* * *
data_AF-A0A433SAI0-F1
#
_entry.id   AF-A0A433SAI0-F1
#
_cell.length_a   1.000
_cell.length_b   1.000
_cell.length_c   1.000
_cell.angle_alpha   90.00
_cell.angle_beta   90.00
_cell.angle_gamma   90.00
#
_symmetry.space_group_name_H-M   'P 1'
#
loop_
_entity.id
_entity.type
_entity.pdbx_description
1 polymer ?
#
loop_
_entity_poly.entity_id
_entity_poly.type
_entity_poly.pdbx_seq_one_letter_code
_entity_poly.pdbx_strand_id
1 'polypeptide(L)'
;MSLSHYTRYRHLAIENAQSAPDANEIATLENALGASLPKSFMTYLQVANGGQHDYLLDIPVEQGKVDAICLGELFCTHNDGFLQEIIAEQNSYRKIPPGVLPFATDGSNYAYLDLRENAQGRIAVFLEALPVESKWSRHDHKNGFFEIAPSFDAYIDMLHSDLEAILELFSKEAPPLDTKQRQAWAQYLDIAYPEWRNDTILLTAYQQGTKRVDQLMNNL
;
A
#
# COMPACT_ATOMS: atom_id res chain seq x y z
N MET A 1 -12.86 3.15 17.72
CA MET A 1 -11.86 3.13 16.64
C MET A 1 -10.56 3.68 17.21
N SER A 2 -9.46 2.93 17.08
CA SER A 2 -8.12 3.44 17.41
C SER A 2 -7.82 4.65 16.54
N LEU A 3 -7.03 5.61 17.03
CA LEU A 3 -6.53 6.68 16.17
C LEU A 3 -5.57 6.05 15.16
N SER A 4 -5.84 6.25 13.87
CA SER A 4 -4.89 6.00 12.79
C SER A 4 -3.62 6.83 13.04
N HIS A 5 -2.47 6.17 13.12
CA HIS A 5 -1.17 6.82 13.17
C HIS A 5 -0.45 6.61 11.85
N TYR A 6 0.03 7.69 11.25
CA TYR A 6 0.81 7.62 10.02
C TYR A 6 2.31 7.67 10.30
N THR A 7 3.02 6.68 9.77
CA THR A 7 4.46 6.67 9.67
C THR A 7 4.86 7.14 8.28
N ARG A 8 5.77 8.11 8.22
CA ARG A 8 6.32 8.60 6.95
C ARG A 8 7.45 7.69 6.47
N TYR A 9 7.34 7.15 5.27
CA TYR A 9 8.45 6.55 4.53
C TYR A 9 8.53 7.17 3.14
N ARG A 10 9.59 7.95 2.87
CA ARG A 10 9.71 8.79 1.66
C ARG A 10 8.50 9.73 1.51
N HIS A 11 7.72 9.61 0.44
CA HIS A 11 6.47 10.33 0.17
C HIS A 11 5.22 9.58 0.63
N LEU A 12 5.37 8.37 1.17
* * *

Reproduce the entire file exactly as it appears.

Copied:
data_AF-A0A433SAI0-F1
#
_entry.id   AF-A0A433SAI0-F1
#
_cell.length_a   1.000
_cell.length_b   1.000
_cell.length_c   1.000
_cell.angle_alpha   90.00
_cell.angle_beta   90.00
_cell.angle_gamma   90.00
#
_symmetry.space_group_name_H-M   'P 1'
#
loop_
_entity.id
_entity.type
_entity.pdbx_description
1 polymer ?
#
loop_
_entity_poly.entity_id
_entity_poly.type
_entity_poly.pdbx_seq_one_letter_code
_entity_poly.pdbx_strand_id
1 'polypeptide(L)'
;MSLSHYTRYRHLAIENAQSAPDANEIATLENALGASLPKSFMTYLQVANGGQHDYLLDIPVEQGKVDAICLGELFCTHNDGFLQEIIAEQNSYRKIPPGVLPFATDGSNYAYLDLRENAQGRIAVFLEALPVESKWSRHDHKNGFFEIAPSFDAYIDMLHSDLEAILELFSKEAPPLDTKQRQAWAQYLDIAYPEWRNDTILLTAYQQGTKRVDQLMNNL
;
A
#
# COMPACT_ATOMS: atom_id res chain seq x y z
N MET A 1 -12.86 3.15 17.72
CA MET A 1 -11.86 3.13 16.64
C MET A 1 -10.56 3.68 17.21
N SER A 2 -9.46 2.93 17.08
CA SER A 2 -8.12 3.44 17.41
C SER A 2 -7.82 4.65 16.54
N LEU A 3 -7.03 5.61 17.03
CA LEU A 3 -6.53 6.68 16.17
C LEU A 3 -5.57 6.05 15.16
N SER A 4 -5.84 6.25 13.87
CA SER A 4 -4.89 6.00 12.79
C SER A 4 -3.62 6.83 13.04
N HIS A 5 -2.47 6.17 13.12
CA HIS A 5 -1.17 6.82 13.17
C HIS A 5 -0.45 6.61 11.85
N TYR A 6 0.03 7.69 11.25
CA TYR A 6 0.81 7.62 10.02
C TYR A 6 2.31 7.67 10.30
N THR A 7 3.02 6.68 9.77
CA THR A 7 4.46 6.67 9.67
C THR A 7 4.86 7.14 8.28
N ARG A 8 5.77 8.11 8.22
CA ARG A 8 6.32 8.60 6.95
C ARG A 8 7.45 7.69 6.47
N TYR A 9 7.34 7.15 5.27
CA TYR A 9 8.45 6.55 4.53
C TYR A 9 8.53 7.17 3.14
N ARG A 10 9.59 7.95 2.87
CA ARG A 10 9.71 8.79 1.66
C ARG A 10 8.50 9.73 1.51
N HIS A 11 7.72 9.61 0.44
CA HIS A 11 6.47 10.33 0.17
C HIS A 11 5.22 9.58 0.63
N LEU A 12 5.37 8.37 1.17